A debut collection of ten stories, mostly set in Texas.
The world that Johnston brings us into is at once familiar and oddly surreal, for the author writes with great attention to detail and nuance—and with an apparent inability (or reluctance) to create a coherent narrative that could allow one to understand why a particular story is being told. The resulting portraits are not stories so much as sketches. In the title piece, for example, we are introduced to a number of characters in a Texas psychiatric hospital—a soldier who savagely beat up someone from his platoon for mocking his fondness for comic books, a woman who sank into depression and despair after losing her unborn child in a car accident—but we learn little about them beyond their afflictions. Similarly, in “Outside the Toy Store,” we see something of a jilted husband’s quiet grief when he meets his ex-wife (who abandoned him as his daughter was dying)—but not enough to impart any recognizable shape to the tale. “The Widow” is a snapshot of an old woman’s life as she visits a funeral home with her son to plan her upcoming obsequies, while “Anything That Floats” follows the plodding steps of the wife and son of a dying man as they move in and through the hospital where he’s undergoing a doomed bypass surgery. The best entry here, “Bird of Paradise,” is a teenaged boy’s reminiscence of his introduction to the adult world of infidelity, jealousy, and revenge as acted out in the home of his classmate’s father—but it, too, suffers from the same emotional flatness that blights the rest of the collection.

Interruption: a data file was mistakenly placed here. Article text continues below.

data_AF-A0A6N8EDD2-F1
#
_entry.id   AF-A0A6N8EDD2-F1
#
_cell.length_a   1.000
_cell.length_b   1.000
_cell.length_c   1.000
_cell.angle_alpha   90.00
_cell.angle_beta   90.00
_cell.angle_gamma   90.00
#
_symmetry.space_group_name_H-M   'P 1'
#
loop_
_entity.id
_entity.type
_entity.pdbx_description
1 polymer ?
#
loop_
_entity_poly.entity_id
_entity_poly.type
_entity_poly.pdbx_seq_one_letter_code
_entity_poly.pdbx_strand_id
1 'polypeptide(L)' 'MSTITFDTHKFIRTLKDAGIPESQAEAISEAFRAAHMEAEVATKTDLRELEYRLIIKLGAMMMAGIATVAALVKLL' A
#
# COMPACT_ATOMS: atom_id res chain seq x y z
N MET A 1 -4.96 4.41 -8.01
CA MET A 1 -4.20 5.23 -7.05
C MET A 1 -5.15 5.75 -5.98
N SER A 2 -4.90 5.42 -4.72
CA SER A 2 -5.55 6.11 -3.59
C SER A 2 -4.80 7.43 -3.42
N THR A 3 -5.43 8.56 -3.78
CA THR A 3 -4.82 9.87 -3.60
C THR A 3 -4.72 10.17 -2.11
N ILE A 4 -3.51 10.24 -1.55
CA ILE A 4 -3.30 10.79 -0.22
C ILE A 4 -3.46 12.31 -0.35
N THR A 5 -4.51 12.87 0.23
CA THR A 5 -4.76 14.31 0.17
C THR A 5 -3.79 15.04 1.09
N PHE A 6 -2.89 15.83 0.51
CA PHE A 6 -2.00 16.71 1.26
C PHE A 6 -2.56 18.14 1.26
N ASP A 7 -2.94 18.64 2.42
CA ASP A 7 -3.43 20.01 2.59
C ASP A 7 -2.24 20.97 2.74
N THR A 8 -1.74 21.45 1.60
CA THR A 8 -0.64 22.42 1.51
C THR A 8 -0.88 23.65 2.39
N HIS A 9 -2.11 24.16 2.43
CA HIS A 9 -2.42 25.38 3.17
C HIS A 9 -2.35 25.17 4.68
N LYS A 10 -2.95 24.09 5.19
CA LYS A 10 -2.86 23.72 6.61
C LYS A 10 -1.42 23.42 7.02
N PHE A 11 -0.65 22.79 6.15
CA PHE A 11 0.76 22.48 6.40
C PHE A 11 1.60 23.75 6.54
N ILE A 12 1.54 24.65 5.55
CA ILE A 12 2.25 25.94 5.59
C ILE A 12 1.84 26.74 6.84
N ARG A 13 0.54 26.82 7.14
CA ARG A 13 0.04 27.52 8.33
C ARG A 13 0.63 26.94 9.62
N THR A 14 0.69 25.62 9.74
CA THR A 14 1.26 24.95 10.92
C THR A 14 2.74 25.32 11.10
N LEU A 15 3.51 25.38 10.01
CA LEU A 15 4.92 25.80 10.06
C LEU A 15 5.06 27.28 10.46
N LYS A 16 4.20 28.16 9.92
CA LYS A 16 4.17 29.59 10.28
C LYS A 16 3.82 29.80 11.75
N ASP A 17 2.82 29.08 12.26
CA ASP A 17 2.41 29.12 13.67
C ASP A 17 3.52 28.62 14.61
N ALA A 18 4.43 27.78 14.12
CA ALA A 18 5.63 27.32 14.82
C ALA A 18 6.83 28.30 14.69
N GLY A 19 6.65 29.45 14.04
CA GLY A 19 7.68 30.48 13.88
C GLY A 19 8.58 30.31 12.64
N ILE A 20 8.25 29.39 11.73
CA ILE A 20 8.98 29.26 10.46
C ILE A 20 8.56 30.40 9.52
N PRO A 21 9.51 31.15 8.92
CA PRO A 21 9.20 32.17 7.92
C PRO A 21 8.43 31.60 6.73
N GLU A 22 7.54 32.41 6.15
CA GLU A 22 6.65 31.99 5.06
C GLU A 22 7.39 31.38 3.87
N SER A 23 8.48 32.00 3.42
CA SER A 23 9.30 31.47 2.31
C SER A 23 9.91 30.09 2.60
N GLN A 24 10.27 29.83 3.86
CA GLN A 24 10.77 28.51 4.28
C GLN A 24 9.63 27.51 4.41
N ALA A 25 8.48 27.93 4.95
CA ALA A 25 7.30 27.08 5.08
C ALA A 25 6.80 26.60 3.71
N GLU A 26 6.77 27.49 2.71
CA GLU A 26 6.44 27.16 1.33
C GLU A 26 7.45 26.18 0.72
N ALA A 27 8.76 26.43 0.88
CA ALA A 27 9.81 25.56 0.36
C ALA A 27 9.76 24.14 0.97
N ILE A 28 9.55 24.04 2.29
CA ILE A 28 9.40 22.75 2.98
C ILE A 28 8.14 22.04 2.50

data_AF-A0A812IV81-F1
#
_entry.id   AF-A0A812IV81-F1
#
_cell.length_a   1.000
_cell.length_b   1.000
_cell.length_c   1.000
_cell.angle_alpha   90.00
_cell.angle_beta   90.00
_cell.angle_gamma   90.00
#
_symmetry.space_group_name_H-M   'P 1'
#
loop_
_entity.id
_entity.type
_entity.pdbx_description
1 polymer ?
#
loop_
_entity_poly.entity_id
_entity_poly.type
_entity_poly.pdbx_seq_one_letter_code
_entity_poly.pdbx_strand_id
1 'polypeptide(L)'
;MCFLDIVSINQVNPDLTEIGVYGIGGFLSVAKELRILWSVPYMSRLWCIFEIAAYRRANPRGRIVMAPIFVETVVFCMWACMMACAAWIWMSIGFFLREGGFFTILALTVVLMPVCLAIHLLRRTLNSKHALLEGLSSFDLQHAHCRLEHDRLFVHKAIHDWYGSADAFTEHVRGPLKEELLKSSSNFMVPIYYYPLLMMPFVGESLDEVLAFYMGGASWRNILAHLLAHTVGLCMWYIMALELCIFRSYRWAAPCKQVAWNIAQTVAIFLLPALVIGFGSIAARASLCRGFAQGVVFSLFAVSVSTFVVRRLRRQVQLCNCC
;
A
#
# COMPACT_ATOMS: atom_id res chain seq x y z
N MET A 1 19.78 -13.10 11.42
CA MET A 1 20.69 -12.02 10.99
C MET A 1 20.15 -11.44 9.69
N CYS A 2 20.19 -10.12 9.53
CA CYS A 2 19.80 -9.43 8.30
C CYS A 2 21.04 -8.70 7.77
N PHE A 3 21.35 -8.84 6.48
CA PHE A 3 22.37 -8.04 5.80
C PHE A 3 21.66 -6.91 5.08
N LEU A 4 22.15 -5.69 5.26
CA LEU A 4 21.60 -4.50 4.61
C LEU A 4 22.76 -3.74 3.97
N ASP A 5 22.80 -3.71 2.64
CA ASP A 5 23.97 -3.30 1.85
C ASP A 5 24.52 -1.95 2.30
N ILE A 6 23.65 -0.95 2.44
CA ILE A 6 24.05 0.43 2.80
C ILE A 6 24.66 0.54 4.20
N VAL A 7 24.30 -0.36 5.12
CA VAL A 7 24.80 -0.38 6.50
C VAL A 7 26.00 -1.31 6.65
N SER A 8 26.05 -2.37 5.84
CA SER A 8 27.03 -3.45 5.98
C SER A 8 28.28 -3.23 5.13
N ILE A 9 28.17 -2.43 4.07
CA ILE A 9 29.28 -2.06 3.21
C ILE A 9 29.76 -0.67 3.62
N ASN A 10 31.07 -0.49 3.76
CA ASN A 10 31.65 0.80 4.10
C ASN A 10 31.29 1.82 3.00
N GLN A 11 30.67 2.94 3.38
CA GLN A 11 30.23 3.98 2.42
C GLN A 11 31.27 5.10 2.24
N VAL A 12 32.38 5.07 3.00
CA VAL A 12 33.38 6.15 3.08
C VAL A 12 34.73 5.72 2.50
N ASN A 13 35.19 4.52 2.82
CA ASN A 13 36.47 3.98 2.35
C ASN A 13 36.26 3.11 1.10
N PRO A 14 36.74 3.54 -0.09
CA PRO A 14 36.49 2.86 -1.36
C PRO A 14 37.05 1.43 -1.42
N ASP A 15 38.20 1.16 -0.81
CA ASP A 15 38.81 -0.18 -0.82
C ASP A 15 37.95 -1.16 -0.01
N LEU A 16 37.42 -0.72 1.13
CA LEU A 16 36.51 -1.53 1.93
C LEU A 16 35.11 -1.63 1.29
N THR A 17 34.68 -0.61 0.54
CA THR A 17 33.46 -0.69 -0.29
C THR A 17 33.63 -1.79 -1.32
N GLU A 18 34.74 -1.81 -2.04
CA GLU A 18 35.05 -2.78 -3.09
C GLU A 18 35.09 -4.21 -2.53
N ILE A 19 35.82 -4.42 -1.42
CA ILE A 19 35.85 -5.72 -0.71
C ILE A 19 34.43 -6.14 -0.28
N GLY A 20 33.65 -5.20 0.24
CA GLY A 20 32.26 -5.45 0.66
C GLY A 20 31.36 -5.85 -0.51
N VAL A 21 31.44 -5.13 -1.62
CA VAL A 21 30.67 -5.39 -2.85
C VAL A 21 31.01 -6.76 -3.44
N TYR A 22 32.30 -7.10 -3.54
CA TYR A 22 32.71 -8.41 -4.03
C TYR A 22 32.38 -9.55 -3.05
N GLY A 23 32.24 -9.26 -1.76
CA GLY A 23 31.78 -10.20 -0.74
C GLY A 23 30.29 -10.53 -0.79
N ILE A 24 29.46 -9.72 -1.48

Lugubrious reading, more like workshop exercises than glimpses of real life.